Yet Another Reason Your Tot Needs to Nap: She'll Be a Better Problem-Solver!

That afternoon nap is even more important than you think (and not just for your sanity).

It doesn’t take a scientific study to tell you that toddlers aren't exactly at their most adorable when they skip a nap, but a new study out of the University of Colorado Boulder demonstrates that missing that all-important daytime snooze can affect a whole lot more than mere crankiness. The study shows that "toddlers between 2 and a half and 3 years old who miss only a single daily nap show more anxiety, less joy and interest and a poorer understanding of how to solve problems.” If they consistently don’t get enough sleep their tantrum-y ways could negatively affect how others, including their own parents, view them. Yikes -- and hello, therapy!

“This study shows insufficient sleep in the form of missing a nap taxes the way toddlers express different feelings, and, over time, may shape their developing emotional brains and put them at risk for lifelong, mood-related problems," CU-Boulder Assistant Professor Monique LeBourgeois, who led the study, said in a press release. “For toddlers, daytime naps are one way of making sure their ‘sleep tanks’ are set to full each day.”

To study the negative nap effect, researchers tracked the facial expressions and emotional responses of toddlers who worked on puzzles on a day when they had their normal naps, and a day when they didn’t. The kids were given two puzzles -- one that had all the correct pieces laid out in front of them, and another that included an incorrect piece, which made the puzzle unsolvable.

Not surprisingly, the nap-deprived kids were significantly more frustrated when attempting the unsolvable puzzle than they were after their usual daytime rest. Specifically, there was a 31 percent increase in negative emotional responses of the no-nap toddlers. But interestingly, the well-rested kids also appeared much more joyful when they successfully completed the solvable puzzle. On the day they hadn't napped, there was a 34 percent decrease in positive emotional responses. In other words, just like sleep-deprived teenagers, the non-nappers just couldn’t muster the energy to get excited.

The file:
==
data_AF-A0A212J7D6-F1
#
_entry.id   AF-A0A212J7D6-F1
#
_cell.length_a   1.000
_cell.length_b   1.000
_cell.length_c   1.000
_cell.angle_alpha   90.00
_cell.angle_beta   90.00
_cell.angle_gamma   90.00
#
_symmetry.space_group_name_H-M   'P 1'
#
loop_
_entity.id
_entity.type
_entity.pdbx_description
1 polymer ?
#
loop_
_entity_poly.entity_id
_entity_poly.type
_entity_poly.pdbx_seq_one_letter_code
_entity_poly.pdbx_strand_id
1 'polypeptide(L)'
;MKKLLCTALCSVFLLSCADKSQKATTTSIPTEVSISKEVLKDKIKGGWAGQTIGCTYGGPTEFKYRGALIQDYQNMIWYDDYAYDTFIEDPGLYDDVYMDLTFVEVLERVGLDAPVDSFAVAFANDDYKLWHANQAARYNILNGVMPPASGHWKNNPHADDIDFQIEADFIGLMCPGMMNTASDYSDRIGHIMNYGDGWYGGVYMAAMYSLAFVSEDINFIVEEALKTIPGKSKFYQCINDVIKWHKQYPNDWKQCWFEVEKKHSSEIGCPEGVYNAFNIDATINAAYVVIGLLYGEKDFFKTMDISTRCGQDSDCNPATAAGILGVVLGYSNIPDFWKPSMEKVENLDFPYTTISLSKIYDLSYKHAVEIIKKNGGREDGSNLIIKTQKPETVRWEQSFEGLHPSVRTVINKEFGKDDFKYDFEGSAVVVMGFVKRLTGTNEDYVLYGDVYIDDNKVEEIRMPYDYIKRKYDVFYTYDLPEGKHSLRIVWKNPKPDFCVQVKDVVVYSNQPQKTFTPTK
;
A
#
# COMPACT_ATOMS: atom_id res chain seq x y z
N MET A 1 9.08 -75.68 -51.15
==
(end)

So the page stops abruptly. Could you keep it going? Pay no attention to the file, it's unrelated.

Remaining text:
The bottom line is that the authors concluded that tots who don't get enough sleep and routinely skip their naps are at significantly greater risk for tantrums and general unpleasantness, which can negatively affect the way other kids and adults react to them -- including their own parents. And that’s a big deal. “Just like good nutrition, adequate sleep is a basic need that gives children the best chance of getting what is most important from the people and things they experience each day," said LeBourgeois.

My own toddler son is certainly less agreeable on a day when he hasn’t napped well -- which is exactly why I'm a bit of a nap nazi around my house. But it’s eye-opening to see what a downward spiral can be created if he doesn’t get enough zzz’s on a regular basis. This study demonstrates that a well-rested toddler is a happier, more well-adjusted toddler -- and that’s more than enough for me to keep that consistent afternoon nap, well, consistent.

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